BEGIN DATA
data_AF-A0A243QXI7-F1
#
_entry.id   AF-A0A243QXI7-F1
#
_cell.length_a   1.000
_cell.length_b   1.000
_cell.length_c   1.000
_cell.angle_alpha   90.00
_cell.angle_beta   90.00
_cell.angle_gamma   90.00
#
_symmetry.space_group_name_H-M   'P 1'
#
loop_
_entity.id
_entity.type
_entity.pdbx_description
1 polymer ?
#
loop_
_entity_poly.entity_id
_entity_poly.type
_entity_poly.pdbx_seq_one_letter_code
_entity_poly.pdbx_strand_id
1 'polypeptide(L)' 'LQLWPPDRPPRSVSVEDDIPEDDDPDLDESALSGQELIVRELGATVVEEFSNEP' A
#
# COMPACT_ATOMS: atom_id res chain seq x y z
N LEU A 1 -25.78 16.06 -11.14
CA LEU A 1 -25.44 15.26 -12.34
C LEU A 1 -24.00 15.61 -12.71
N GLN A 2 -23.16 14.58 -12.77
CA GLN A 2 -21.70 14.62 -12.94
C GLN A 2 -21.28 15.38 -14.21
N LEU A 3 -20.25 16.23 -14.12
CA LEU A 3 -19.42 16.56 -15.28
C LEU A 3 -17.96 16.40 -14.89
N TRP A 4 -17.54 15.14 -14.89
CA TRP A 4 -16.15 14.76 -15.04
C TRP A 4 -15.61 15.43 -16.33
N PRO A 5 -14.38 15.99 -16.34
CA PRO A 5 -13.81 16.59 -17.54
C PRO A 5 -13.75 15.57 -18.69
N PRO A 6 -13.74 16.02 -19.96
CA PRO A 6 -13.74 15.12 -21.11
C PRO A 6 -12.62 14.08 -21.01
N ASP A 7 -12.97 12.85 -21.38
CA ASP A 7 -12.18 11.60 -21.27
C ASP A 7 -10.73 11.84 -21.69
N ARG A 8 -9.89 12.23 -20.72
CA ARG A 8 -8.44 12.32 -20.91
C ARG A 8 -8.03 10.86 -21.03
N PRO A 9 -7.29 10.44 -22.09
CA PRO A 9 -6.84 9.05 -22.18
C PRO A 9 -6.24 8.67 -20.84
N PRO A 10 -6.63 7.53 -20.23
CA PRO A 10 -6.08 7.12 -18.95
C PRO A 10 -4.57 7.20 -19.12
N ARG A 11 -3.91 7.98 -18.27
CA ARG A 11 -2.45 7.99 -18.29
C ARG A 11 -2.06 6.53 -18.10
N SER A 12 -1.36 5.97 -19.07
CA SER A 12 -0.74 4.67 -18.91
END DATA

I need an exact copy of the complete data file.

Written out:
data_AF-A0A243QXI7-F1
#
_entry.id   AF-A0A243QXI7-F1
#
_cell.length_a   1.000
_cell.length_b   1.000
_cell.length_c   1.000
_cell.angle_alpha   90.00
_cell.angle_beta   90.00
_cell.angle_gamma   90.00
#
_symmetry.space_group_name_H-M   'P 1'
#
loop_
_entity.id
_entity.type
_entity.pdbx_description
1 polymer ?
#
loop_
_entity_poly.entity_id
_entity_poly.type
_entity_poly.pdbx_seq_one_letter_code
_entity_poly.pdbx_strand_id
1 'polypeptide(L)' 'LQLWPPDRPPRSVSVEDDIPEDDDPDLDESALSGQELIVRELGATVVEEFSNEP' A
#
# COMPACT_ATOMS: atom_id res chain seq x y z
N LEU A 1 -25.78 16.06 -11.14
CA LEU A 1 -25.44 15.26 -12.34
C LEU A 1 -24.00 15.61 -12.71
N GLN A 2 -23.16 14.58 -12.77
CA GLN A 2 -21.70 14.62 -12.94
C GLN A 2 -21.28 15.38 -14.21
N LEU A 3 -20.25 16.23 -14.12
CA LEU A 3 -19.42 16.56 -15.28
C LEU A 3 -17.96 16.40 -14.89
N TRP A 4 -17.54 15.14 -14.89
CA TRP A 4 -16.15 14.76 -15.04
C TRP A 4 -15.61 15.43 -16.33
N PRO A 5 -14.38 15.99 -16.34
CA PRO A 5 -13.81 16.59 -17.54
C PRO A 5 -13.75 15.57 -18.69
N PRO A 6 -13.74 16.02 -19.96
CA PRO A 6 -13.74 15.12 -21.11
C PRO A 6 -12.62 14.08 -21.01
N ASP A 7 -12.97 12.85 -21.38
CA ASP A 7 -12.18 11.60 -21.27
C ASP A 7 -10.73 11.84 -21.69
N ARG A 8 -9.89 12.23 -20.72
CA ARG A 8 -8.44 12.32 -20.91
C ARG A 8 -8.03 10.86 -21.03
N PRO A 9 -7.29 10.44 -22.09
CA PRO A 9 -6.84 9.05 -22.18
C PRO A 9 -6.24 8.67 -20.84
N PRO A 10 -6.63 7.53 -20.23
CA PRO A 10 -6.08 7.12 -18.95
C PRO A 10 -4.57 7.20 -19.12
N ARG A 11 -3.91 7.98 -18.27
CA ARG A 11 -2.45 7.99 -18.29
C ARG A 11 -2.06 6.53 -18.10
N SER A 12 -1.36 5.97 -19.07
CA SER A 12 -0.74 4.67 -18.91